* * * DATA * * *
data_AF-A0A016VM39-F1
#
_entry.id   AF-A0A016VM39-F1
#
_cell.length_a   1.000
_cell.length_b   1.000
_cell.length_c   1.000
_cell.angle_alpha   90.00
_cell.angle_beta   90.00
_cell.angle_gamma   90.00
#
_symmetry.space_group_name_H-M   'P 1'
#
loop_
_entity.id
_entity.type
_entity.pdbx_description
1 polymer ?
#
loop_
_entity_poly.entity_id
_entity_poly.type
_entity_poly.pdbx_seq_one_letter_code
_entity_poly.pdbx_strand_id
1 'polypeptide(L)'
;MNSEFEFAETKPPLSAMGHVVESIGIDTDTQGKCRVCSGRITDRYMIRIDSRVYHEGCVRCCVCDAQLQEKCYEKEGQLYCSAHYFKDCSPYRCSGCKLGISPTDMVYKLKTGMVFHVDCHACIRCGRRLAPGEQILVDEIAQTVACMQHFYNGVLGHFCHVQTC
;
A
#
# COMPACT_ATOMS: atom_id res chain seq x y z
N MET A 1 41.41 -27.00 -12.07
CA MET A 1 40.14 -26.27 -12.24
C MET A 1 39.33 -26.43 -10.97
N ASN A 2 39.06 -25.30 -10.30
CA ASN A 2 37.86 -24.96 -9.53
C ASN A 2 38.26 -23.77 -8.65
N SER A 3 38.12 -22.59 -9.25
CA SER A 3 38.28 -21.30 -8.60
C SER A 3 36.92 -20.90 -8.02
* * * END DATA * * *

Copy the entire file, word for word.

data_AF-A0A016VM39-F1
#
_entry.id   AF-A0A016VM39-F1
#
_cell.length_a   1.000
_cell.length_b   1.000
_cell.length_c   1.000
_cell.angle_alpha   90.00
_cell.angle_beta   90.00
_cell.angle_gamma   90.00
#
_symmetry.space_group_name_H-M   'P 1'
#
loop_
_entity.id
_entity.type
_entity.pdbx_description
1 polymer ?
#
loop_
_entity_poly.entity_id
_entity_poly.type
_entity_poly.pdbx_seq_one_letter_code
_entity_poly.pdbx_strand_id
1 'polypeptide(L)'
;MNSEFEFAETKPPLSAMGHVVESIGIDTDTQGKCRVCSGRITDRYMIRIDSRVYHEGCVRCCVCDAQLQEKCYEKEGQLYCSAHYFKDCSPYRCSGCKLGISPTDMVYKLKTGMVFHVDCHACIRCGRRLAPGEQILVDEIAQTVACMQHFYNGVLGHFCHVQTC
;
A
#
# COMPACT_ATOMS: atom_id res chain seq x y z
N MET A 1 41.41 -27.00 -12.07
CA MET A 1 40.14 -26.27 -12.24
C MET A 1 39.33 -26.43 -10.97
N ASN A 2 39.06 -25.30 -10.30
CA ASN A 2 37.86 -24.96 -9.53
C ASN A 2 38.26 -23.77 -8.65
N SER A 3 38.12 -22.59 -9.25
CA SER A 3 38.28 -21.30 -8.60
C SER A 3 36.92 -20.90 -8.02